“From the top: five, six, seven, eight!”
The Augie Hip-Hop club jumped right into practicing their dance number for the International Talent Show after doing some warm-up stretches to “Accelerator” by The Kansoul. For the first 30 minutes of the Monday night class, the only sounds were the taps of feet on concrete and freshman Onajite Taire explaining a new dance move.
“It’s like you’re saying ‘buh-bye!’” she exclaimed, gesturing to mirrors spanning the theater wall.
The second half of the class added music, and suddenly all of their practicing came to rhythmic fruition as they danced to “Rake it Up” by Yo Gotti ft. Nicki Minaj. The joy in the room was palpable as the dancers memorized moves and improvised other dancing techniques.
The five dancers that practiced on Monday night speak over seven different languages. Gedion Alemayehu, a freshman from Ethiopia, talked about the diversity of their dance.
“Even in Africa, we’re all from different places where they have different styles of dance and different ways of expressing ourselves through that,” he said.
Taire, from Lagos, Nigeria, took the initiative to start the Augie Hip-Hop club as a passion project for students who want to learn or improve their hip-hop skills.
She formed this club to express and share her love of dance. Whenever someone struggles with a new move, Taire goes through it step-by-step to make sure they understand it. She makes sure that everyone is comfortable with the choreography before moving on, creating a stress-free environment for students to have fun.
Camille Gaede, a senior nursing major, reinforced this idea by saying that with hip-hop “you don’t really care about what you’re doing.”
Gaede has been dancing on and off most of her life and fell in love with hip-hop in high school. Unfortunately, the expenses of continuing dance while attending college became overwhelming, so she had to drop dance classes like ballet and hip-hop.
But free hip-hop classes on campus allow anyone to enjoy dance without worrying about the cost.
“[The student teachers are] not gonna ask you to pay them for what they’re doing,” Gaede said. “They’re just doing it because it’s fun and they enjoy it. They’re teaching people their craft.”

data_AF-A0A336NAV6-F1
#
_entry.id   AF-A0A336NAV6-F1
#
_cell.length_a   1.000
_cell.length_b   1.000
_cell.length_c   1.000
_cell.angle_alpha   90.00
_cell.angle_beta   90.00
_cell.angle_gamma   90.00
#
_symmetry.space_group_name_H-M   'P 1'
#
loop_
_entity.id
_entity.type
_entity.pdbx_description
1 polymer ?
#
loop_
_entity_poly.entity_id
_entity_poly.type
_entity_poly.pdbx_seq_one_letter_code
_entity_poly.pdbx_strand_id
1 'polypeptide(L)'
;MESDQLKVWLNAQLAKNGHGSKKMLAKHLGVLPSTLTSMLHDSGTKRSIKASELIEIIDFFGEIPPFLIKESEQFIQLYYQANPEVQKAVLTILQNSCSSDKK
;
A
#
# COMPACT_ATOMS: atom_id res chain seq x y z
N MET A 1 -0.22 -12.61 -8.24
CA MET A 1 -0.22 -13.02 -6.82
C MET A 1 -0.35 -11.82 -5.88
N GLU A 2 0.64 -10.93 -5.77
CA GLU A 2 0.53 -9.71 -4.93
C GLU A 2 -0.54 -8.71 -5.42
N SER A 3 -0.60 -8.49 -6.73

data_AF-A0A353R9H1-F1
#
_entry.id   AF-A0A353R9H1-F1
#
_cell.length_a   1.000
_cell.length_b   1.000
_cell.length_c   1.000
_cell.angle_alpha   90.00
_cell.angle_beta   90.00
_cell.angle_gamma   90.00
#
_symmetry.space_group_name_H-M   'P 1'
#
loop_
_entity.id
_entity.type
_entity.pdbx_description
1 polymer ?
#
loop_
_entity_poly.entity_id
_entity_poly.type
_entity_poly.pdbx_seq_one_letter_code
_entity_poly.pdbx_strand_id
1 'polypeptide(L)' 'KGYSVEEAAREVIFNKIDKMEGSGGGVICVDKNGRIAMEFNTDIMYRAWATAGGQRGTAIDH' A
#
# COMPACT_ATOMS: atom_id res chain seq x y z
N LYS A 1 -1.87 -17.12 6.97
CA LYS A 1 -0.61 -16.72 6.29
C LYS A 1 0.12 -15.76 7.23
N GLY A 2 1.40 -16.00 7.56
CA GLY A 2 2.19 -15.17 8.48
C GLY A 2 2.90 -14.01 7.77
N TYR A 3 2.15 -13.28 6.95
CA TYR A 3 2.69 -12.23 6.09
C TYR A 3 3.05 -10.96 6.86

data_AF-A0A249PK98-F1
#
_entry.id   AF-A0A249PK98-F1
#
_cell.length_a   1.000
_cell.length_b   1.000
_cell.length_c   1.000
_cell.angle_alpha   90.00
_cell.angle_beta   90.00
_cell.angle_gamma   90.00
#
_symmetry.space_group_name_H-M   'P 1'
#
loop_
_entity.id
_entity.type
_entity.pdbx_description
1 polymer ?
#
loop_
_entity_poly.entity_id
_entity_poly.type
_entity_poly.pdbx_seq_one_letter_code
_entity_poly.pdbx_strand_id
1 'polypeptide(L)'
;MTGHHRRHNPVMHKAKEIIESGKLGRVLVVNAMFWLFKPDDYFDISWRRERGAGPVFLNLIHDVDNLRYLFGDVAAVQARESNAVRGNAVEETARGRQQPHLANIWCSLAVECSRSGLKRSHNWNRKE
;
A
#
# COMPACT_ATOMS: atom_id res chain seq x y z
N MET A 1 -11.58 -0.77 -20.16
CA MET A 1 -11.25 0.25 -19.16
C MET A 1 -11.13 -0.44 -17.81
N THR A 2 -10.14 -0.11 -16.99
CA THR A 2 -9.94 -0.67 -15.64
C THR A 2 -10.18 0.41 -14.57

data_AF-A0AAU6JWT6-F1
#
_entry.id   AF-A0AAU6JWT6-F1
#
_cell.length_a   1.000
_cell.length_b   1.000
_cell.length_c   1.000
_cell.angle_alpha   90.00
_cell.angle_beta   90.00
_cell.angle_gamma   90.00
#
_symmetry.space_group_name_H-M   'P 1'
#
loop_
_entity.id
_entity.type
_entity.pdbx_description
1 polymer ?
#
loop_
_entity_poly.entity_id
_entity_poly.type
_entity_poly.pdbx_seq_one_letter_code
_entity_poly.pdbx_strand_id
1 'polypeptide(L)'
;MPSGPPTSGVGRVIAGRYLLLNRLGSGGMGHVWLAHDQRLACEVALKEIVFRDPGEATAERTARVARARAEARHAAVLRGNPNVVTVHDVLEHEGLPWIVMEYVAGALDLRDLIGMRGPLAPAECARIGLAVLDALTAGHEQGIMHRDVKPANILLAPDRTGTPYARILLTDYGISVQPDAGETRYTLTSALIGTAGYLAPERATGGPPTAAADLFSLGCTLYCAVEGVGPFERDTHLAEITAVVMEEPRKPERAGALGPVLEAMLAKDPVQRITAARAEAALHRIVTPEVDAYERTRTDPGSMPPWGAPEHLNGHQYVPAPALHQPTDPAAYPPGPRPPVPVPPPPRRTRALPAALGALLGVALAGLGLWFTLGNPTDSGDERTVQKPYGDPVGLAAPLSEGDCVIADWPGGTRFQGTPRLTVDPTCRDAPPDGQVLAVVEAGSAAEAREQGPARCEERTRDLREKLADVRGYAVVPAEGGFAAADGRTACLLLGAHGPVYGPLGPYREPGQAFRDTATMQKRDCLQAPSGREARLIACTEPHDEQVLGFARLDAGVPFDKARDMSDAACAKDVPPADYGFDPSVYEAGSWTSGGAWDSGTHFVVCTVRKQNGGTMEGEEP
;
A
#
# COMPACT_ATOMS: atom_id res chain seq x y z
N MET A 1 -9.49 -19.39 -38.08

When Gaede first learned hip-hop, she went to a beginner’s class with a group of children. She felt like she was terrible at dancing; not because she was a terrible dancer, but because she was a college student dancing next to a bunch of talented young kids. The Augie Hip-Hop club has provided her a space to learn with people her own age.
“Now I can learn all of the new dances I wanted to learn without feeling bad,” Gaede said.
Augie Hip-Hop initially had a class size of roughly 20 to 30 students, but now the club has around five or six members. The club has had slim advertising, so many students don’t know it exists.
Gaede said through dancing you have to take risks, and a fear of failure holds students back from joining the club.
“[Some students say] ‘Oh, I’m not good at dancing, so I don’t want to come.’ But that is the point,” she said. “There is this class that is taught by friends, by people that I know that are my age that are not going to be judging [me] for how [I am] dancing.”
The members aspire to share their love of dance with more people. Alemayehu said the club “isn’t really about hip-hop.” It’s a community of diverse individuals that come together to become more well-rounded dancers and have fun in the process. As a member of Augie’s dual-engineering program, Alemayehu doesn’t often have time to relax, but he has found dancing to be a great way to destress from all his rigorous academics.
The club hopes to get Elmen certification and a spot on the Get Fit workout schedule to attract more students. But for now, they’re just going to keep doing what they love.
“You don’t have to know how to dance to start dancing, you just have to feel it,” Gaede said.
Augie Hip-Hop teamed up with the African Student Union to teach students how to dance to Afrobeats Thursday at 6 p.m. in the Theater Acting Studio. This beginners class is open to everyone.
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